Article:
• Removing the exemption for notification to the Minister when the employer is insolvent and insolvent businesses will also be subject to the restriction that redundancies cannot be effected until 30 days have elapsed since the date of notification to the Minister.
  • Employees will be able to bring a claim to the WRC where the employer makes them redundant before the 30-day notification period finishes (this will apply in any situation not just an insolvency situation). At present, this only results in a potential fine of €250,000 in a non-insolvency situation. This could also give rise to an award of up to four weeks’ pay. Therefore, if the employer fails to comply with its information and obligations requirements, in addition to effecting redundancies before the 30 days have elapsed, it could be required to pay 12 weeks’ pay in compensation per employee.
  • The employer’s obligations will also need to be complied with by a liquidator and the liquidator will be required to continue any process that was commenced by the employer. This is in accordance with the WRC decision in the Debenhams case.
  • Measures to improve the quality and circulation of information to workers.

Implications for employers

There is no doubt that this decision sets a higher standard for employers in terms of their information and consultation obligations by clarifying what information and consultation entails. It also appears that it might no longer be sufficient for an employer to have commenced consultation 30 days prior to the first notice of redundancy issuing. Instead, consultation will need to begin as soon as possible after a decision is made which means collective redundancies are contemplated.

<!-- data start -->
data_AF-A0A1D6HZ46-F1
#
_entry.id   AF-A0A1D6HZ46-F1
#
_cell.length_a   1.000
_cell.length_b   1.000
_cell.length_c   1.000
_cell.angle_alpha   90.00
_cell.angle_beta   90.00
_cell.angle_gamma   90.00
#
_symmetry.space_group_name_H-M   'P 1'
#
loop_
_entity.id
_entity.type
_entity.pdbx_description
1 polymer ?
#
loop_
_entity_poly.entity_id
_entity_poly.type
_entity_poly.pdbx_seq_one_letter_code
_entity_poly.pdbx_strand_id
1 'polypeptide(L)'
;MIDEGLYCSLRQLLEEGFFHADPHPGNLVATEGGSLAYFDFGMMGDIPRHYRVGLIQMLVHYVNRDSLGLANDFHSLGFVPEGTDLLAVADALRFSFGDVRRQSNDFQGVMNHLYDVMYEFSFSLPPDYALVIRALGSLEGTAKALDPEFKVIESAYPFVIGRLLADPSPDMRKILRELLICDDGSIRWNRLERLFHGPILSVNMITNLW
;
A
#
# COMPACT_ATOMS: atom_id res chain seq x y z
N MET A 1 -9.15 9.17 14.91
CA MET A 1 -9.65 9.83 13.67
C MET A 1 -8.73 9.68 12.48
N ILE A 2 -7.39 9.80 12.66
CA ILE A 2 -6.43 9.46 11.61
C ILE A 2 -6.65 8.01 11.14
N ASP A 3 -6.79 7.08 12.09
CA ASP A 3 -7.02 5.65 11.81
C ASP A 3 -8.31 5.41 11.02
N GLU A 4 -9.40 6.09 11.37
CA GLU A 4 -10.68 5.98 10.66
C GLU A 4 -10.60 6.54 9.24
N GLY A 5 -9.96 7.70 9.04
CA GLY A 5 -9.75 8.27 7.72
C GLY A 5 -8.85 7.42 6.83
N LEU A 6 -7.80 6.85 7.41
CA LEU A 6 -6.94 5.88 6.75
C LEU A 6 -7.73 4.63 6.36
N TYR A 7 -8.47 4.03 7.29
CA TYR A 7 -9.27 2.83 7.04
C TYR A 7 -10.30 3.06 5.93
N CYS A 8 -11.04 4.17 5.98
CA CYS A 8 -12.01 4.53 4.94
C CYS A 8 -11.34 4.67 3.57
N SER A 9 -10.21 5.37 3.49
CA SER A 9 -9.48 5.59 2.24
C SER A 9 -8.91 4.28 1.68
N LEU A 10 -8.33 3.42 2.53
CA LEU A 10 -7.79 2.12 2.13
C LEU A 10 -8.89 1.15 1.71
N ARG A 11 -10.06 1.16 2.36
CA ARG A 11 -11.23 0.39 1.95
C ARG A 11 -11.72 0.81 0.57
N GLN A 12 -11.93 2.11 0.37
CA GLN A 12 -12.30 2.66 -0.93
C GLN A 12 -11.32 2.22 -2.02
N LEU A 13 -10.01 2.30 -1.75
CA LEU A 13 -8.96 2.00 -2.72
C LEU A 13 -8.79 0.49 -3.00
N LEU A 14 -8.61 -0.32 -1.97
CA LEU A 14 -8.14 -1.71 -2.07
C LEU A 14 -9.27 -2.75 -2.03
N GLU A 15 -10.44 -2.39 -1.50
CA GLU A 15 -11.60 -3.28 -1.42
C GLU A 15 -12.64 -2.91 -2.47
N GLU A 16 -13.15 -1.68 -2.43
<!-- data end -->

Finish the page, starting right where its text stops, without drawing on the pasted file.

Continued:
In addition, employers will need to very carefully consider their information obligations to ensure they furnish employee representatives with all relevant information in relation to the proposed redundancies and must meaningfully consult with employees’ representatives on the proposals. It will not be acceptable for employers to run a consultation as a box-ticking exercise and it is clear from the Debenhams case that this will be carefully scrutinised by the WRC in the event of complaints by employees. Employers will need to properly engage with employees’ representatives to find ways to avoid redundancies, reduce the number of redundancies and mitigate the consequences of redundancies.

Jane Crowe v Debenhams Retail (Ireland) Limited & Debenhams Retail (Ireland) Limited (in Liquidation) – link to WRC decision available here.